In the first seven weeks of 2015, measles struck 141 people in 17 states and Washington, D.C. Most people in the United States are protected against the often severe fever and rash by having had one or more doses of the measles, mumps and rubella vaccine. But a small fraction of people either can’t get the shot — they are too young or have weak immune systems — or choose not to.
Letters to the Editor
Water’s origin story02/25/2015 - 10:30 Earth, Planetary Science
New evidence suggests that comets may not have delivered water to Earth. Water detected in comet 67P/Churyumov–Gerasimenko’s hazy atmosphere isn’t a chemical match for Earth’s oceans, as Ashley Yeager reported in “Ocean water may not be from comets” (SN: 1/10/15, p. 8).
The Rosetta spacecraft searched for a heavy form of hydrogen known as deuterium around 67P...
My favorite quote in Nathan Seppa’s story about chronic stress and health belongs to Rosalind Wright, a pulmonologist who studies links between psychological stress and diseases like asthma. Stress, she says, is “not just affecting your head.”02/25/2015 - 10:30 Health, Mental Health
Of course, the brain is where chronic stress starts. But its influences on the body roam far and wide, working insidiously through the...
In the fickle world of sports nutrition fads, few trends have shown the staying power of antioxidants. For more than three decades, athletes have remained devoted fans of supplements; the American College of Sports Medicine estimates that around half of elite athletes take vitamins in hopes of keeping their bodies fit and boosting endurance.
The idea makes intuitive sense: Energy...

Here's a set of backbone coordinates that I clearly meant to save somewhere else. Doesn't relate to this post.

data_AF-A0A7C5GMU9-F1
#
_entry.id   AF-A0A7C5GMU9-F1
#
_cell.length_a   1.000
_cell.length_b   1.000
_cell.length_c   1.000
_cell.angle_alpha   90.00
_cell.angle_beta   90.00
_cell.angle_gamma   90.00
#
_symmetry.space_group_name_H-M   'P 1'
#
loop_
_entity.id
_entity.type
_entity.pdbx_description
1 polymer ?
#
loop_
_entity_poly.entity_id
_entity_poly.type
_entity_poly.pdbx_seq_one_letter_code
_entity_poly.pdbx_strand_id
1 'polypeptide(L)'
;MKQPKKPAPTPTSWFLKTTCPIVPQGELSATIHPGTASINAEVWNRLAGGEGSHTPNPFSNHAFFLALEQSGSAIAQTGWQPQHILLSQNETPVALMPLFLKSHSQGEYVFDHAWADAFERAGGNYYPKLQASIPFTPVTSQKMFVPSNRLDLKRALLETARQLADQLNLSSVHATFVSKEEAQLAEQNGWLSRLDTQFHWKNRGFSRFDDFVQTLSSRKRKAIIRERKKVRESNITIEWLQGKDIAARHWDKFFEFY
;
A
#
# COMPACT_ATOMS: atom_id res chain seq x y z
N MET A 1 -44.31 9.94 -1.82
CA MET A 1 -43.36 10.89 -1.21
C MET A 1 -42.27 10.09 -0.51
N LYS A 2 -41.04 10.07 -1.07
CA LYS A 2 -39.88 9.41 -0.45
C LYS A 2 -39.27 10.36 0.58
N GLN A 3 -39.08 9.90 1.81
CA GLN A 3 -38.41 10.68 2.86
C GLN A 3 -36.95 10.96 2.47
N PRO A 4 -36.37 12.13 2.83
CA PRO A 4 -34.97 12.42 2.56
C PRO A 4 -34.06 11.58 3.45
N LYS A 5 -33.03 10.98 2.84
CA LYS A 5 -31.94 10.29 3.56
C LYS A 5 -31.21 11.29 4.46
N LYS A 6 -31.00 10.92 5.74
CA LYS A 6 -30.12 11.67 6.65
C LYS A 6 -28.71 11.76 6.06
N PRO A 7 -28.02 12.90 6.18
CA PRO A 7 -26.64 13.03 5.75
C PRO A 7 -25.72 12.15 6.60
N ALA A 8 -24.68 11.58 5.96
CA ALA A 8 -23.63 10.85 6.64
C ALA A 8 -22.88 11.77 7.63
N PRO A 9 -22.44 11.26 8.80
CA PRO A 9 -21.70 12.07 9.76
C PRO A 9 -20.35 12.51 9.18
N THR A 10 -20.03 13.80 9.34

Reviews & Previews
Ocean Worlds: The Story of Seas on Earth and Other PlanetsJan Zalasiewicz and Mark WilliamsOxford Univ., $29.95
The oceans of other worlds might look nothing like Earth’s tranquil blue seas. Under the right high-pressure conditions, the water could exist in a weird supercritical state that is neither liquid nor steam. And yet the key to understanding such alien landscapes may...
Roughly 90 percent of an iceberg’s volume hides beneath the waves. But every so often an iceberg’s underbelly makes an appearance above the waterline.
Filmmaker Alex Cornell photographed this recently overturned iceberg jutting about 9 meters skyward in Cierva Cove, Antarctica, in December. It’s a rare sight, says oceanographer Louise Biddle of the University of East Anglia in Norwich,...
In Renaissance Europe, scholars and collectors built curiosity cabinets and filled them with marvels of art and natural history. Catalogs of the contents of these privately held “wonder rooms” were sometimes published to share scientific knowledge, and larger collections formed the basis for museums. Fast-forward to 2013, when chemist Ross Kelly of Boston College realized...
Reviews & Previews
This Idea Must DieJohn Brockman, Ed.Harper Perennial, $15.99
“Science advances by a series of funerals,” writes John Brockman, founder of the online discussion forum Edge.org. Sometimes, he says, old ideas have to be put to bed before new ones can flourish. With that in mind, he asked researchers, journalists and other science enthusiasts to weigh in on which established theories...
For more on stress and its effects on the body, see SN's feature "Chronic stress can wreak havoc on the body."
Counseling, mindfulness training and purposeful social contact may counteract the effects of nagging stress.Parenting classes
In a trial of 272 low-income black women in rural Georgia, each with an 11-year-old child, scientists randomly assigned 173 to receive parenting...
Ask anybody — stress is bad news. The negative view of stress has been expressed so consistently that the concept is now built into our vernacular, which is spiced with advice on avoiding it: Take it easy. Calm down. Chill.
Of course, a good case of stress comes in handy during an encounter with a grizzly bear on a hiking trail. In that situation, a stress reaction delivers a burst of...